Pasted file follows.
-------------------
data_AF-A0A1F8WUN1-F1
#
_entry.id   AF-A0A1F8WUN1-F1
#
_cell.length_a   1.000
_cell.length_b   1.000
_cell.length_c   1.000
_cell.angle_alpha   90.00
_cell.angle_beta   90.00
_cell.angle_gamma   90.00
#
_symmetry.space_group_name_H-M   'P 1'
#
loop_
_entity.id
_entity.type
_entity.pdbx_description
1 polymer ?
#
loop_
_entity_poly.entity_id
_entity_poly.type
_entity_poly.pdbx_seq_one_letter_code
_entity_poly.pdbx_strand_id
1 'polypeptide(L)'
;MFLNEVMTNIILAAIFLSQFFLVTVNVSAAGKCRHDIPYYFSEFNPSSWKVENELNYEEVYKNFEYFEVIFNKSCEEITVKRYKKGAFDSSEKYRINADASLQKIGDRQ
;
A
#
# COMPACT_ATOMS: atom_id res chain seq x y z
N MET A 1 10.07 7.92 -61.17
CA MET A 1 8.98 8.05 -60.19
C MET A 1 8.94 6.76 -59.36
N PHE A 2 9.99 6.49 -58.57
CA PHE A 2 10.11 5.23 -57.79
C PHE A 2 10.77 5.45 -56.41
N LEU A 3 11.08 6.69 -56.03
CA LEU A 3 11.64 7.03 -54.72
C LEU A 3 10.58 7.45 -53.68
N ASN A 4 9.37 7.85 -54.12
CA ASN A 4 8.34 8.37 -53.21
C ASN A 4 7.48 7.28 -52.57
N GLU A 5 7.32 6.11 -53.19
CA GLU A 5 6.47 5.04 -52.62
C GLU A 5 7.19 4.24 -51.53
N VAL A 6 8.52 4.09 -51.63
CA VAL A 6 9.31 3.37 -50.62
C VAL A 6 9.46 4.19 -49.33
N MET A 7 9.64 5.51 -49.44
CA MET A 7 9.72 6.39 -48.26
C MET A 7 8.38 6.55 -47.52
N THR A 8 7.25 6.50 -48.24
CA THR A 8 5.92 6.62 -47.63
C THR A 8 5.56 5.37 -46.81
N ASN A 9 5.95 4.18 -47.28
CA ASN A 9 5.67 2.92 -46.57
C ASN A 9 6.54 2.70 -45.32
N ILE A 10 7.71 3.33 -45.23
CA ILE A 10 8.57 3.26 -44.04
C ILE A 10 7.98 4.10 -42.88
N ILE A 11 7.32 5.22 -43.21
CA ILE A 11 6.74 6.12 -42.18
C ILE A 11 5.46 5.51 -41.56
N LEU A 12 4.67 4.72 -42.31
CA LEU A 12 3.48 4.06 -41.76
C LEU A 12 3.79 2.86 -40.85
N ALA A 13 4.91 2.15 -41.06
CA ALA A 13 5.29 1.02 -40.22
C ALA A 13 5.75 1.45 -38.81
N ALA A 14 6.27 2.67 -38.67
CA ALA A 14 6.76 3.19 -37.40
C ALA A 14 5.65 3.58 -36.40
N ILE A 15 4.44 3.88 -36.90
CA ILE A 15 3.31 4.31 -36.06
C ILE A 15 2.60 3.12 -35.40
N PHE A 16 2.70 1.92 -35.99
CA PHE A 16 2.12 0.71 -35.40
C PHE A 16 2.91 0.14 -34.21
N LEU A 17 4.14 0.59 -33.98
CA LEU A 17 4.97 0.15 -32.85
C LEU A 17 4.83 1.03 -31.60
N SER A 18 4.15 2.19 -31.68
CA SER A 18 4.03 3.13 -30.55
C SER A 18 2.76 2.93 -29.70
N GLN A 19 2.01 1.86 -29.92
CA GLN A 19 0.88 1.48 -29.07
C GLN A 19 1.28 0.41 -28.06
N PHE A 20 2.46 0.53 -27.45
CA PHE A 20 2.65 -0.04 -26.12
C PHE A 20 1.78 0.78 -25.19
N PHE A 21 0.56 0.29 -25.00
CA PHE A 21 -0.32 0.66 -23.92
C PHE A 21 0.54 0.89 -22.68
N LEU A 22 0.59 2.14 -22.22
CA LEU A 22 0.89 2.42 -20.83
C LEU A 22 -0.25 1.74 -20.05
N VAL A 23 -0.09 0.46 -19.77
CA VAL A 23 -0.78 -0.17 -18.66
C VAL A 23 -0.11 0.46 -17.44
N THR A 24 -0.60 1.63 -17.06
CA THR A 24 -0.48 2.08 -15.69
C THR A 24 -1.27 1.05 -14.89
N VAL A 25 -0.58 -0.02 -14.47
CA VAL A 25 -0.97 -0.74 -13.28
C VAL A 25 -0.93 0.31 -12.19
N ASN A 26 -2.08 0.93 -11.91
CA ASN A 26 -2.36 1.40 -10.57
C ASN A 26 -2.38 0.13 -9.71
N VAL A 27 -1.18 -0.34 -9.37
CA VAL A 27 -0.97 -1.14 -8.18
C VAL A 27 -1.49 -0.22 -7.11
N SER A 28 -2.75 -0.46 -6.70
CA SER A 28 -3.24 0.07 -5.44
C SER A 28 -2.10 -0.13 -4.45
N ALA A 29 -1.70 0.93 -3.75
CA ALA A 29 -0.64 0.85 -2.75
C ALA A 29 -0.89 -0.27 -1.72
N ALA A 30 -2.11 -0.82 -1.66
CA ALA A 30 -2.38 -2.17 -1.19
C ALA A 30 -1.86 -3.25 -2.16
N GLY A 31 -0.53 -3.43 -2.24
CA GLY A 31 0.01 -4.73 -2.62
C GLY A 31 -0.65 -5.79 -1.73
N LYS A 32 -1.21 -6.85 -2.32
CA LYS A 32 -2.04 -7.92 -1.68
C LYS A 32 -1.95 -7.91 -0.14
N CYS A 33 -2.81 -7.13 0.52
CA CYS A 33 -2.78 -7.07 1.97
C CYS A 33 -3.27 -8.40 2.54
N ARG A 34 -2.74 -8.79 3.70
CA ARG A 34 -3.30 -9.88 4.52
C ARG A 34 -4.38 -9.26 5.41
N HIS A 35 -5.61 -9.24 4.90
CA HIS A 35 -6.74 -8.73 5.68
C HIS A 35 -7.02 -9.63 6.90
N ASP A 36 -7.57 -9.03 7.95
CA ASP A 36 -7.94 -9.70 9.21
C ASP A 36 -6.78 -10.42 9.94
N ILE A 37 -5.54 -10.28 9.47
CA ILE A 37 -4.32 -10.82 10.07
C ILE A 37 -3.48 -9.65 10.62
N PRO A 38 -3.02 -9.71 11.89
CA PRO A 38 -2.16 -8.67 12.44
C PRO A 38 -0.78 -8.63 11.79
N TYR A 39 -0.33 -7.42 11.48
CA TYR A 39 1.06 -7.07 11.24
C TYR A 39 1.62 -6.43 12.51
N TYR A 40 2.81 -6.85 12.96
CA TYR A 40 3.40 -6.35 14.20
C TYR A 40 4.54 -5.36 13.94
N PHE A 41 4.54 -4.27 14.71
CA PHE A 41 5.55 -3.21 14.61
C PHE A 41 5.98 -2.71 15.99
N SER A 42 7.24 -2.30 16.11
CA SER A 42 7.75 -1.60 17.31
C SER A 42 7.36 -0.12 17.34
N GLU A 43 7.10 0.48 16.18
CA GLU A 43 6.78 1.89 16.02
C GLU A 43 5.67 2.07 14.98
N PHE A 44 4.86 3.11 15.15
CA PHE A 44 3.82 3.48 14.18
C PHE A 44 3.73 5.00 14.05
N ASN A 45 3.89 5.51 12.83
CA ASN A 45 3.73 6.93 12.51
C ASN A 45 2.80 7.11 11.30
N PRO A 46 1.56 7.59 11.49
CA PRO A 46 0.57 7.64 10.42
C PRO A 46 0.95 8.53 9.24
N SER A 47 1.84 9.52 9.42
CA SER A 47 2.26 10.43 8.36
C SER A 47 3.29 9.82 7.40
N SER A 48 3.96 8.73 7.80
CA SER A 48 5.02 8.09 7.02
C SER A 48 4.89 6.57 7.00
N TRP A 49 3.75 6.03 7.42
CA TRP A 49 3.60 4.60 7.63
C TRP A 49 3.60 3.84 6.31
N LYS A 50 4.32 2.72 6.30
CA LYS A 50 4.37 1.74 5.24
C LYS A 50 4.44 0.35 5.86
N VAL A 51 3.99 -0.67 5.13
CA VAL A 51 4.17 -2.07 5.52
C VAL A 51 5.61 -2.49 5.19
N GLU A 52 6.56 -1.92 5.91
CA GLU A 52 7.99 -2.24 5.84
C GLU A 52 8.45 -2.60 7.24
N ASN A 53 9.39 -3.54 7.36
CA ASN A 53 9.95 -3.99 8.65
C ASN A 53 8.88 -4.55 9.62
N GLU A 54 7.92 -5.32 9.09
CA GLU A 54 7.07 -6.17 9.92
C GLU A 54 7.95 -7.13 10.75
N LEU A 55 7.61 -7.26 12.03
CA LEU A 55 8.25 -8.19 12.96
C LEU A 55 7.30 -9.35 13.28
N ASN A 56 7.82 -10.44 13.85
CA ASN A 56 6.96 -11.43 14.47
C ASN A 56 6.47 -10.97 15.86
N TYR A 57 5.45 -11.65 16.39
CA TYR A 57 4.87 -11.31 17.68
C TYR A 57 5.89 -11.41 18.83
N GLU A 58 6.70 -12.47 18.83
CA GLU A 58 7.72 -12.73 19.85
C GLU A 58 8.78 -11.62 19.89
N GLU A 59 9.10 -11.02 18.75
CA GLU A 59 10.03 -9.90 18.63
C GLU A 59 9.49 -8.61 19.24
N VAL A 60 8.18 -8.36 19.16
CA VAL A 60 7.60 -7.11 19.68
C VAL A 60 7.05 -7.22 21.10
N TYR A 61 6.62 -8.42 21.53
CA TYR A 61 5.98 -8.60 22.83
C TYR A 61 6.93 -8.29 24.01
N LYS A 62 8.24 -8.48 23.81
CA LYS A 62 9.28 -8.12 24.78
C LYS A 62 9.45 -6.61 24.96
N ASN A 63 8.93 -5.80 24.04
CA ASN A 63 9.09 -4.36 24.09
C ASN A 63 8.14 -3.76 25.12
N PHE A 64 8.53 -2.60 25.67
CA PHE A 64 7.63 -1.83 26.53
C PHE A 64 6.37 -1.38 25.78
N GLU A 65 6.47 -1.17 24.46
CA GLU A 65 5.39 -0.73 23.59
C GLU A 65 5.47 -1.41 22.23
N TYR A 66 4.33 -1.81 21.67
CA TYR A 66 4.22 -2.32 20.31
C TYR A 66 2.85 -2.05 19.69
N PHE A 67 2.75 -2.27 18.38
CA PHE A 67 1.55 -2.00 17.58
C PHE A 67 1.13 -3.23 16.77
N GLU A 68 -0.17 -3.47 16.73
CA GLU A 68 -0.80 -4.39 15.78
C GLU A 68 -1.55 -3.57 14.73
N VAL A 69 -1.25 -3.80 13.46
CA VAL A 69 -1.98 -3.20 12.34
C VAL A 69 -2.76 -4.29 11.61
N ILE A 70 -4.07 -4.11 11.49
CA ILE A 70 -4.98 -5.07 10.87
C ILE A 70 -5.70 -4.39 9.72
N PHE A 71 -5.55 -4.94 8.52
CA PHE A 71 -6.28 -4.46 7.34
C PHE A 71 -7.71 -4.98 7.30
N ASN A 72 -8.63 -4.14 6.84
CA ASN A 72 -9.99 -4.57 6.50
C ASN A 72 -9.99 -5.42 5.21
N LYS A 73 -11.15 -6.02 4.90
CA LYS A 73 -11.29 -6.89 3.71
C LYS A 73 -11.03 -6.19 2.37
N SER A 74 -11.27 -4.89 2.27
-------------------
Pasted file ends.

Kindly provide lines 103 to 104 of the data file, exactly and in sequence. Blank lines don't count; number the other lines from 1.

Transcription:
N VAL A 25 -0.58 -0.02 -14.47
CA VAL A 25 -0.97 -0.74 -13.28